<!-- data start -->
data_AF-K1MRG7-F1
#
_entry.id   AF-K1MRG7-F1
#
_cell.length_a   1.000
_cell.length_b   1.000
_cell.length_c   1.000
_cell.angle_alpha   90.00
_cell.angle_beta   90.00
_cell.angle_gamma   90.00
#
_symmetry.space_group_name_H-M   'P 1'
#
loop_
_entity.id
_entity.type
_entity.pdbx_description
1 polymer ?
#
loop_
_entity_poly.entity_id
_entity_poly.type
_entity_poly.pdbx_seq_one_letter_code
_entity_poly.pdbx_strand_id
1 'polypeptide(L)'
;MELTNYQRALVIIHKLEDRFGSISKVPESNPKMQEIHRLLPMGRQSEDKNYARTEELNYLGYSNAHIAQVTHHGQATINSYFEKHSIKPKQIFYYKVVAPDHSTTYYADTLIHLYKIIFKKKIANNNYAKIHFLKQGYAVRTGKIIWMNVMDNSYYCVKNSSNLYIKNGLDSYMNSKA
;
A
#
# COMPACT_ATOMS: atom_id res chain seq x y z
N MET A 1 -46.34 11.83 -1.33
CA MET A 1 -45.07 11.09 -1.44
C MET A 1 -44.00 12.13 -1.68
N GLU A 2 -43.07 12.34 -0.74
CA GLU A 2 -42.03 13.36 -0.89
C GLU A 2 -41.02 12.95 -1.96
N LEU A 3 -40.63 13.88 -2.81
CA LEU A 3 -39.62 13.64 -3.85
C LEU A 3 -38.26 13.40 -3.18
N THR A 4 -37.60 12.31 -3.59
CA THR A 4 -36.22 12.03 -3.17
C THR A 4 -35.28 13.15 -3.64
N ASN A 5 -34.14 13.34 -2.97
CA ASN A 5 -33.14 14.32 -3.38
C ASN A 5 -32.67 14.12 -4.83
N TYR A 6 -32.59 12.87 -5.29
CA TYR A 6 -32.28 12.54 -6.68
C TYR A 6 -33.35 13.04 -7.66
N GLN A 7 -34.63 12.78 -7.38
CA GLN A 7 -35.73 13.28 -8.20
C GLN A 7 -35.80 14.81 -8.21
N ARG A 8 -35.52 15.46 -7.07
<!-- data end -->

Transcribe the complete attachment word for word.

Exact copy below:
data_AF-K1MRG7-F1
#
_entry.id   AF-K1MRG7-F1
#
_cell.length_a   1.000
_cell.length_b   1.000
_cell.length_c   1.000
_cell.angle_alpha   90.00
_cell.angle_beta   90.00
_cell.angle_gamma   90.00
#
_symmetry.space_group_name_H-M   'P 1'
#
loop_
_entity.id
_entity.type
_entity.pdbx_description
1 polymer ?
#
loop_
_entity_poly.entity_id
_entity_poly.type
_entity_poly.pdbx_seq_one_letter_code
_entity_poly.pdbx_strand_id
1 'polypeptide(L)'
;MELTNYQRALVIIHKLEDRFGSISKVPESNPKMQEIHRLLPMGRQSEDKNYARTEELNYLGYSNAHIAQVTHHGQATINSYFEKHSIKPKQIFYYKVVAPDHSTTYYADTLIHLYKIIFKKKIANNNYAKIHFLKQGYAVRTGKIIWMNVMDNSYYCVKNSSNLYIKNGLDSYMNSKA
;
A
#
# COMPACT_ATOMS: atom_id res chain seq x y z
N MET A 1 -46.34 11.83 -1.33
CA MET A 1 -45.07 11.09 -1.44
C MET A 1 -44.00 12.13 -1.68
N GLU A 2 -43.07 12.34 -0.74
CA GLU A 2 -42.03 13.36 -0.89
C GLU A 2 -41.02 12.95 -1.96
N LEU A 3 -40.63 13.88 -2.81
CA LEU A 3 -39.62 13.64 -3.85
C LEU A 3 -38.26 13.40 -3.18
N THR A 4 -37.60 12.31 -3.59
CA THR A 4 -36.22 12.03 -3.17
C THR A 4 -35.28 13.15 -3.64
N ASN A 5 -34.14 13.34 -2.97
CA ASN A 5 -33.14 14.32 -3.38
C ASN A 5 -32.67 14.12 -4.83
N TYR A 6 -32.59 12.87 -5.29
CA TYR A 6 -32.28 12.54 -6.68
C TYR A 6 -33.35 13.04 -7.66
N GLN A 7 -34.63 12.78 -7.38
CA GLN A 7 -35.73 13.28 -8.20
C GLN A 7 -35.80 14.81 -8.21
N ARG A 8 -35.52 15.46 -7.07